makign a positive BW copy of a 35mm colour negative

Discussion in '35mm Cameras' started by RobertL, Nov 5, 2008.

  1. RobertL

    RobertL Guest

    I want to make some 35mm B/W slides from images on 35mm colour
    negative film. I pla n to use a slide copier lens on a normal camera
    and photograph the colour neg film onto ordinary 35mm BW film and
    process in the usual way. I should then get a positive image.

    has anyone done this?

    Are there any special exposure criteria that need to be considered or
    can I just expose the BW film as normal?

    many thanks for any comments.

    RobertL, Nov 5, 2008
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  2. RobertL

    Peter Irwin Guest

    You will get very low contrast. Negative films developed normally
    have an overall gamma of around 0.6. The resulting slide will
    thus have much less contrast than the original scene.

    You will have some hope of a correct result if you shoot on
    a microfilm negative film.

    Peter Irwin, Nov 5, 2008
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  3. RobertL

    Peter Irwin Guest

    I think that all modern "source document microfilm" is panchromatic.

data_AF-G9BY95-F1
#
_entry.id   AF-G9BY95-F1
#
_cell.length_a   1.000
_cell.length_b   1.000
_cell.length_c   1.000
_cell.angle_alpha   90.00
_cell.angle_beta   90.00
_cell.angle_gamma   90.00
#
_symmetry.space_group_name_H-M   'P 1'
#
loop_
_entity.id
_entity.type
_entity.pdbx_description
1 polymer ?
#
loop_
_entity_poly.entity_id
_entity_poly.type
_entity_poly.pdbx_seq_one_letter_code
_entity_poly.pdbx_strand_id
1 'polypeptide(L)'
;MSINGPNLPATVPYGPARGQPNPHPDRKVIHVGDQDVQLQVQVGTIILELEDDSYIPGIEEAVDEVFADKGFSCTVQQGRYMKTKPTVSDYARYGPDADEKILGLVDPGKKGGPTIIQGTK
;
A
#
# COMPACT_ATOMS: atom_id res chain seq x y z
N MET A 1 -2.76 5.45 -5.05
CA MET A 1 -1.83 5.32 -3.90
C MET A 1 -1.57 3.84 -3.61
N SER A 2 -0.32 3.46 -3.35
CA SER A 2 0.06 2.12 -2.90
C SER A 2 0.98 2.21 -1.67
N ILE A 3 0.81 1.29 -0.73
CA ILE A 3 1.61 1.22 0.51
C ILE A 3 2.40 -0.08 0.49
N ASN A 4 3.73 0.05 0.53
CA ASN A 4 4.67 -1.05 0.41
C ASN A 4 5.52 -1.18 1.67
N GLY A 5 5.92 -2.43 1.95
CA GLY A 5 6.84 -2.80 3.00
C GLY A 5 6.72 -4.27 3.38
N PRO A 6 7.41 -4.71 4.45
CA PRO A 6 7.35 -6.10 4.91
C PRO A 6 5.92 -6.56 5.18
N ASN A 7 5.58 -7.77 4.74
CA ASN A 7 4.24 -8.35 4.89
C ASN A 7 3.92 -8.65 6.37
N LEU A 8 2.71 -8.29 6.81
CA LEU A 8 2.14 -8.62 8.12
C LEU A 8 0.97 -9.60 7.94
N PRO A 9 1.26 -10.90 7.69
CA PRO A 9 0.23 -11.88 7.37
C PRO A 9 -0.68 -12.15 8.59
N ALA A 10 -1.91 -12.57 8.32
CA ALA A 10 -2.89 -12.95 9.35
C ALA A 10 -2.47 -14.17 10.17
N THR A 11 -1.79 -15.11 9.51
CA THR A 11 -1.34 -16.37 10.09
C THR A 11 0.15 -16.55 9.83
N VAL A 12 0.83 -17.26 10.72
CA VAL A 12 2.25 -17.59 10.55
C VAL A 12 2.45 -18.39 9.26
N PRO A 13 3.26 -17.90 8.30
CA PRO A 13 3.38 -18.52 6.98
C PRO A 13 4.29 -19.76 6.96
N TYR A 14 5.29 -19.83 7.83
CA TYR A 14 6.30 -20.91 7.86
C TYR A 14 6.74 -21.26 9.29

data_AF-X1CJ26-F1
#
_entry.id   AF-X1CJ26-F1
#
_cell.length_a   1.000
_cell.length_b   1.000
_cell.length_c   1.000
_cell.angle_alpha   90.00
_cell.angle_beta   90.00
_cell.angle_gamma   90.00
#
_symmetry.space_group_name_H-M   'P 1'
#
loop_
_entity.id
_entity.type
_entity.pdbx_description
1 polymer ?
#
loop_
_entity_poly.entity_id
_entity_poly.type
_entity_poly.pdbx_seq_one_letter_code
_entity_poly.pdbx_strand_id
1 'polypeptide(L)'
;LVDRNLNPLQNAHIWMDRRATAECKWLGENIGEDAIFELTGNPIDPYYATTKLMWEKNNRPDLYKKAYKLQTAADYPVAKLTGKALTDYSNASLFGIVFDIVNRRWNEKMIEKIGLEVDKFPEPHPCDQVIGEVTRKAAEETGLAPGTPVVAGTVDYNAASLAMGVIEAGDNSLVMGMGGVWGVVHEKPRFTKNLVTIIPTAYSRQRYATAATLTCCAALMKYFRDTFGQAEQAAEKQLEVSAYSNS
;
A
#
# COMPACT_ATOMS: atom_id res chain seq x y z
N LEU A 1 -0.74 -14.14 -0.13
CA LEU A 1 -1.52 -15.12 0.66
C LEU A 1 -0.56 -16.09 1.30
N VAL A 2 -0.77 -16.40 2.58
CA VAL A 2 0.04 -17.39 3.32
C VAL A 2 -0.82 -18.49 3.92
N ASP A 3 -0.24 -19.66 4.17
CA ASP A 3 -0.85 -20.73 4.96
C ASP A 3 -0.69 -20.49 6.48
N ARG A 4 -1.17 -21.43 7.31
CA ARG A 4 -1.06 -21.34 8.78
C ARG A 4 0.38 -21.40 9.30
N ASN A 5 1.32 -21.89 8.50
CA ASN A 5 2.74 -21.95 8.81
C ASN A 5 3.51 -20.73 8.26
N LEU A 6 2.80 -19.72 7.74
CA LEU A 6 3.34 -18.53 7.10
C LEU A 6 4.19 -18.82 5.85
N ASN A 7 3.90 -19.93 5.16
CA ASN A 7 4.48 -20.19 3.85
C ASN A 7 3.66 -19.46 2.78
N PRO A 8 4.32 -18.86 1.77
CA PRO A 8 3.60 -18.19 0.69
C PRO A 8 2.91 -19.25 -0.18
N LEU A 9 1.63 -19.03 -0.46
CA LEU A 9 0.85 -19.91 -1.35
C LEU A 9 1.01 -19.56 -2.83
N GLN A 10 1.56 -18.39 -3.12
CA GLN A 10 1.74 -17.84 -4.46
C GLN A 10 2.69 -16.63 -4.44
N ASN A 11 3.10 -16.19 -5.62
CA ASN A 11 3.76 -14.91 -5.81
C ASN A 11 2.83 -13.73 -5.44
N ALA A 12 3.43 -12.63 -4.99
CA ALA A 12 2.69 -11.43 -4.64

Microfilm for making copies of microfilm often isn't. The stuff
    to look for is "source document" microfilm,
    Most of those seem to be sold with special low-contrast developers.
    You want something like Dektol or other paper developer to develop
    microfilm for making slides from negatives. My guess would be that
    5 minutes in Dektol 1:3 should be about right for typical microfilm
    if you want a gamma of around 3.0, but you will need to experiment.

    It may take some work to find someone who will sell a single 100
    foot roll of 35 mm perforated source document microfilm, but it
    is likely to be a pretty reasonable price when you do find it.
    I think the minimum order for colour print film is higher than
    that. I have a 2001 price list which shows a minimum order of
    two 3000 foot rolls for Kodak 2393 at $290.70 each, or six 1000 foot
    rolls of 2383 for $88.90 each. That's less than 10 cents a foot,
    but you have to buy a lot of feet. If Kodak will sell you a single
    1000 foot roll, it might be something most of us could manage.

    The black and white stuff (Eastman 5302) used to be available
    in 100 foot rolls cheap until recently. (I bought some direct
    from Kodak myself.) But it seems that as of Feb 2008, you need
    to buy 1000 feet minimum and that will set you back $117.70 according
    to the 2001 price list.

    Peter Irwin, Nov 6, 2008
  4. RobertL

    RobertL Guest

    Robert I'll try it with
    RobertL, Nov 6, 2008
  5. RobertL

    RobertL Guest

    oops, Sorry, hit the button before I was ready!

    thank you all for your comments. I might just try with one of the
    more contrasty BW films and see how it goes. Another route is to
    scan the negative and the nsend the digital image off to a lab.


    RobertL, Nov 6, 2008
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